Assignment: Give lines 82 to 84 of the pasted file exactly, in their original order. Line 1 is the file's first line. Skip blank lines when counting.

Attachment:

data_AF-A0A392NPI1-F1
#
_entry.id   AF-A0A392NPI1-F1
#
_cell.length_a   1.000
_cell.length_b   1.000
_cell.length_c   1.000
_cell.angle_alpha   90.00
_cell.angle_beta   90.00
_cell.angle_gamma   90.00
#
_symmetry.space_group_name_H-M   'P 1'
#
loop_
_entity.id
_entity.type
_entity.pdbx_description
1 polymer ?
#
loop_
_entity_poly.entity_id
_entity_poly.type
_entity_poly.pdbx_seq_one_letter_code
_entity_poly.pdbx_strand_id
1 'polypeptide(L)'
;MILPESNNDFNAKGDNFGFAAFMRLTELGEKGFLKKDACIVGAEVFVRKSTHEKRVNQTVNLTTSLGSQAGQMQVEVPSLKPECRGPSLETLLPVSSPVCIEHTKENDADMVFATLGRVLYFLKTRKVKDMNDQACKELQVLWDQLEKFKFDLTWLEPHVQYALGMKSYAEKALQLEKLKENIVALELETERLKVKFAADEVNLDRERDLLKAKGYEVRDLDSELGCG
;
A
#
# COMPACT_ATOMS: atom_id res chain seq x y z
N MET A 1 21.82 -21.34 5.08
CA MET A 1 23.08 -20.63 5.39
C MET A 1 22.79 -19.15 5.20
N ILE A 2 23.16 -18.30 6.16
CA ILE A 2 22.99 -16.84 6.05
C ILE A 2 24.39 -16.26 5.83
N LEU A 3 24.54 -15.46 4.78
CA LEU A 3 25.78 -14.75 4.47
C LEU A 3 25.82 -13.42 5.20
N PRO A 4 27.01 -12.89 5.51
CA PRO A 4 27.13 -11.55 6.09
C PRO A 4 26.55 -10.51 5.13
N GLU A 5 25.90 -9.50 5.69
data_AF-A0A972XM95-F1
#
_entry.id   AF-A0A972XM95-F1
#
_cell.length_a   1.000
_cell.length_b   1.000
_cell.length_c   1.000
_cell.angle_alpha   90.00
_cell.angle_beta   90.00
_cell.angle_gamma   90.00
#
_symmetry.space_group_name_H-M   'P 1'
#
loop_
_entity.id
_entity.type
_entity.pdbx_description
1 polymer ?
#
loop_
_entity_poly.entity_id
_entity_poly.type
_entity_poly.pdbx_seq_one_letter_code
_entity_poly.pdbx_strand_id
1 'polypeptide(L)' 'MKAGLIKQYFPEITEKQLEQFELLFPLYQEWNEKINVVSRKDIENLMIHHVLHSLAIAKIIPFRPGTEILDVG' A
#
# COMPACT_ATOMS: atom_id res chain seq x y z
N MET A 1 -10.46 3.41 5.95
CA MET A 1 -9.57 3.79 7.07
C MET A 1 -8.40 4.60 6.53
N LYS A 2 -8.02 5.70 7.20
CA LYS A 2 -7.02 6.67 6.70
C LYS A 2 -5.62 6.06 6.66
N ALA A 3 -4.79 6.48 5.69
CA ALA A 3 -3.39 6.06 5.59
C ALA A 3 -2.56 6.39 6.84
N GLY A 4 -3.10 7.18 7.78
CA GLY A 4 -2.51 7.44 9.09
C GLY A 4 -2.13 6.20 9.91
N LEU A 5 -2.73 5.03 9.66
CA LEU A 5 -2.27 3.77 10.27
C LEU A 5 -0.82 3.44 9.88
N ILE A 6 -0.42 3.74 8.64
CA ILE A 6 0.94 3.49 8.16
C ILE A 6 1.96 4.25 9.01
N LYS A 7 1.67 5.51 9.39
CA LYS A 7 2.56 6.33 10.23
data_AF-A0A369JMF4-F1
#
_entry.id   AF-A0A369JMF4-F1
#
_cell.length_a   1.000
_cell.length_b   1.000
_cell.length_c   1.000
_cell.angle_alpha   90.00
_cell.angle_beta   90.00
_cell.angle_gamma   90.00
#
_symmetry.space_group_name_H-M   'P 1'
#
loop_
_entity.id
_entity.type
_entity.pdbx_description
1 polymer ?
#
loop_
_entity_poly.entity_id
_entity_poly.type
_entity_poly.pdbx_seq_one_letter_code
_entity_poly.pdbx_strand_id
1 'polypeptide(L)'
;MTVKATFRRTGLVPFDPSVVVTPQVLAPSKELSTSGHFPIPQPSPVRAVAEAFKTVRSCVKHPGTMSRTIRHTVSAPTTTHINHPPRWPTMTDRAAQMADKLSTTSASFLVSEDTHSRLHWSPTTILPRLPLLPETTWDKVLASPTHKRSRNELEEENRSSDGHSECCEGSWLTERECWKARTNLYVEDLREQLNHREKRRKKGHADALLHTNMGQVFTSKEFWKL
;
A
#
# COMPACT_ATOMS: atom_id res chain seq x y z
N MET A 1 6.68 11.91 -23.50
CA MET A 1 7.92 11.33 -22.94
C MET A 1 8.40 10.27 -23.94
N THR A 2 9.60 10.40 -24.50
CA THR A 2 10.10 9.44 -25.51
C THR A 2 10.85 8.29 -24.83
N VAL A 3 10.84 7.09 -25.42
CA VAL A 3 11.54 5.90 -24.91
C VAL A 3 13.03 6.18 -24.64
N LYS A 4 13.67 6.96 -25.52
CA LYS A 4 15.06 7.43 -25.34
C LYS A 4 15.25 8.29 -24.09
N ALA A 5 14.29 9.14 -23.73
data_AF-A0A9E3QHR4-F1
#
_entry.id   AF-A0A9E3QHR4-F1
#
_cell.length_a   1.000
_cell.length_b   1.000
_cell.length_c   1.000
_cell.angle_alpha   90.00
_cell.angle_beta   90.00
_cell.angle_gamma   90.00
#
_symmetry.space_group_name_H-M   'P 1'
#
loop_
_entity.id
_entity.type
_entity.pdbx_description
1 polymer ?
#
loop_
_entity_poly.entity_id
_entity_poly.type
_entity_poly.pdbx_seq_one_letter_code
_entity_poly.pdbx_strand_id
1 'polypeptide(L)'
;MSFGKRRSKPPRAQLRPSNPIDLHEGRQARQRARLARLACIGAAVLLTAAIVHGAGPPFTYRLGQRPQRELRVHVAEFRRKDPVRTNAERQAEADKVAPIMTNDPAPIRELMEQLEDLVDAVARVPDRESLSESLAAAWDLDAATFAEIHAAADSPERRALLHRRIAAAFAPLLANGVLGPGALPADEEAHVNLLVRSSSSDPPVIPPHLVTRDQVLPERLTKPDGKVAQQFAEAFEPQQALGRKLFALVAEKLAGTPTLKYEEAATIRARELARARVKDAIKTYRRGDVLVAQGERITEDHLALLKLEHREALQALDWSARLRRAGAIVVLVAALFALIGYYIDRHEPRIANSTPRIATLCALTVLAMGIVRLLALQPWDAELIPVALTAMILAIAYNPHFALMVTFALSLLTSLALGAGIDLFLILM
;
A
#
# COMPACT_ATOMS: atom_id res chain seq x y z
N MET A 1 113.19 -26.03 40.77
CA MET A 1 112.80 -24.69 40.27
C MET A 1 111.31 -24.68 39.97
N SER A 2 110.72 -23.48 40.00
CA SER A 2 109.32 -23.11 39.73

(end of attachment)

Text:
C GLY A 4 -2.13 6.20 9.91
N LEU A 5 -2.73 5.03 9.66
CA LEU A 5 -2.27 3.77 10.27